Connecting decision makers to a dynamic network of information, people and ideas, Bloomberg quickly and accurately delivers business and financial information, news and insight around the world.
+1 212 318 2000
Europe, Middle East, & Africa
+44 20 7330 7500
+65 6212 1000
Oklahoma lawmakers gave initial approval on Thursday to a $6.5 billion state budget for the upcoming fiscal year as the Legislature tries to wrap up its work a week early.
Lawmakers also are scrambling to finish redrawing the state's House and Senate districts and pass several of Republican Gov. Mary Fallin's initiatives. Those include an overhaul of the state's workers' compensation system, the consolidation of several state agencies and information technology divisions, and the creation of a closing fund the governor could use to help lure new businesses to Oklahoma.
The Legislature is required to adjourn by the last Friday in May, but legislative leaders said this week that they would try to wrap by May 20. The move is expected to save the state about $100,000.
On Thursday, House and Senate committees approved a general appropriations bill to fund state government for the fiscal year that begins July 1. The measure is expected to be considered Friday on the House floor. It includes cuts to agency budgets ranging mostly from less than 1 percent to about 9 percent.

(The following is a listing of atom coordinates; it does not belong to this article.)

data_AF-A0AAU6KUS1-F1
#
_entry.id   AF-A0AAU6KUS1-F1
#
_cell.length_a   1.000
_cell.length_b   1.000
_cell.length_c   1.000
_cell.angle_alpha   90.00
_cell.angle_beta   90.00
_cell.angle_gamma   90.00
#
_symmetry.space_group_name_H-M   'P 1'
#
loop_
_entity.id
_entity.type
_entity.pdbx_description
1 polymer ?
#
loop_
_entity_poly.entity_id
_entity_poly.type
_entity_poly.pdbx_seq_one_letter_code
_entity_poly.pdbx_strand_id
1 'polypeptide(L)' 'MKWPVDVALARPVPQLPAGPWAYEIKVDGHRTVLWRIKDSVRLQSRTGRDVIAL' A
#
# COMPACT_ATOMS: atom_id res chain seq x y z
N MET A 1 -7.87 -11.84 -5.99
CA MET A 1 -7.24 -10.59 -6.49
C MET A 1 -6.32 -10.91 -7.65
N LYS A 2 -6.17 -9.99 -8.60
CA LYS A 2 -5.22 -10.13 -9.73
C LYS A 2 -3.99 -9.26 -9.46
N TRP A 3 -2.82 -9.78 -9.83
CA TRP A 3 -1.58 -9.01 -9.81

Besides cuts to state agencies, lawmakers plugged a $500 million hole in the budget by using about $120 million in cash flow reserves, money from a $70 million transportation bond issue and revenue from state agency revolving funds, among other things.
"To be able to make this budget work as well as we did, we had to look at some of those revolving funds and allow the agencies to tap into the various funds that they have," said Senate Appropriations Chairman David Myers, R-Ponca City.
The House and Senate also are putting the finishing touches on plans to redraw the state's 101 House and 48 Senate districts based on the latest statistics from the U.S. Census Bureau. House leaders agreed on a plan last week that was praised by members of both parties and easily passed the House on Thursday, but the Senate proposal has been more contentious. Democrats complained about the Senate hiring a GOP consultant to help redraw Senate lines, resulting in a plan that forced two incumbent Democrats into districts with two incumbent Republicans.
"They want to silence the Democratic voice," said Sen. Tom Adelson, D-Tulsa, who said he intends to run against incumbent Sen. Brian Crain, R-Tulsa. "My strongly performing Democratic neighborhoods have been split across three Republican-leaning districts."
In western Oklahoma, the district of Sen. Tom Ivester, D-Elk City, was moved east to include the residence of Sen. Rob Johnson, R-Kingfisher. But Johnson said Thursday that he plans to move into his new district and that he and Ivester will not run against each other.
The chairman of the Senate Redistricting Committee, Sen. Clark Jolley, said the final boundaries are the result of a bipartisan effort and protect districts with large minority populations.
"We had to make sure each district has approximately the same number of people and that we preserved districts where a majority of citizens are minorities," said Jolley, R-Edmond. "Oklahoma's population grew by some 300,000 people over the past ten years, but there's also been a major shift from rural areas to metropolitan suburbs."
The Senate redistricting plan was approved Thursday in a House committee, and Jolley said he expects it will be heard Friday in the full Senate.